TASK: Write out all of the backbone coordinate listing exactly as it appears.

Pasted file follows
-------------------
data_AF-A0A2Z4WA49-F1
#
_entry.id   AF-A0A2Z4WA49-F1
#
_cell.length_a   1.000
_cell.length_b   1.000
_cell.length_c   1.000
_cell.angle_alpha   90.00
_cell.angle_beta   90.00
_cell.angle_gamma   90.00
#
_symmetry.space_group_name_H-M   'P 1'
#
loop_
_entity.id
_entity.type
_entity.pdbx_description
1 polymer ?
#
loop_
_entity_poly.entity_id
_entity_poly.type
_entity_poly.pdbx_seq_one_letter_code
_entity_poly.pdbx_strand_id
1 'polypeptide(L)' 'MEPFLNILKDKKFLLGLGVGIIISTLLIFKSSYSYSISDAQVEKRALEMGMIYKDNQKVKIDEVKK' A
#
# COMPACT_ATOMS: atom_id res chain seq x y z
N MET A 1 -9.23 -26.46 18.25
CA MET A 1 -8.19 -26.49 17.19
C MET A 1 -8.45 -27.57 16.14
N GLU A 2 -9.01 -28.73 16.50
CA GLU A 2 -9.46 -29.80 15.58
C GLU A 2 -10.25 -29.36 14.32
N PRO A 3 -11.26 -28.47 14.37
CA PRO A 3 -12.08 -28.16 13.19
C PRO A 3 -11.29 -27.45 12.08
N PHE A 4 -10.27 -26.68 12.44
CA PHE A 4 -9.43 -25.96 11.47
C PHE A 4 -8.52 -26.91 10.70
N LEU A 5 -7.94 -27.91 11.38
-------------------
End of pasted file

data_AF-A0A2Z4WA49-F1
#
_entry.id   AF-A0A2Z4WA49-F1
#
_cell.length_a   1.000
_cell.length_b   1.000
_cell.length_c   1.000
_cell.angle_alpha   90.00
_cell.angle_beta   90.00
_cell.angle_gamma   90.00
#
_symmetry.space_group_name_H-M   'P 1'
#
loop_
_entity.id
_entity.type
_entity.pdbx_description
1 polymer ?
#
loop_
_entity_poly.entity_id
_entity_poly.type
_entity_poly.pdbx_seq_one_letter_code
_entity_poly.pdbx_strand_id
1 'polypeptide(L)' 'MEPFLNILKDKKFLLGLGVGIIISTLLIFKSSYSYSISDAQVEKRALEMGMIYKDNQKVKIDEVKK' A
#
# COMPACT_ATOMS: atom_id res chain seq x y z
N MET A 1 -9.23 -26.46 18.25
CA MET A 1 -8.19 -26.49 17.19
C MET A 1 -8.45 -27.57 16.14
N GLU A 2 -9.01 -28.73 16.50
CA GLU A 2 -9.46 -29.80 15.58
C GLU A 2 -10.25 -29.36 14.32
N PRO A 3 -11.26 -28.47 14.37
CA PRO A 3 -12.08 -28.16 13.19
C PRO A 3 -11.29 -27.45 12.08
N PHE A 4 -10.27 -26.68 12.44
CA PHE A 4 -9.43 -25.96 11.47
C PHE A 4 -8.52 -26.91 10.70
N LEU A 5 -7.94 -27.91 11.38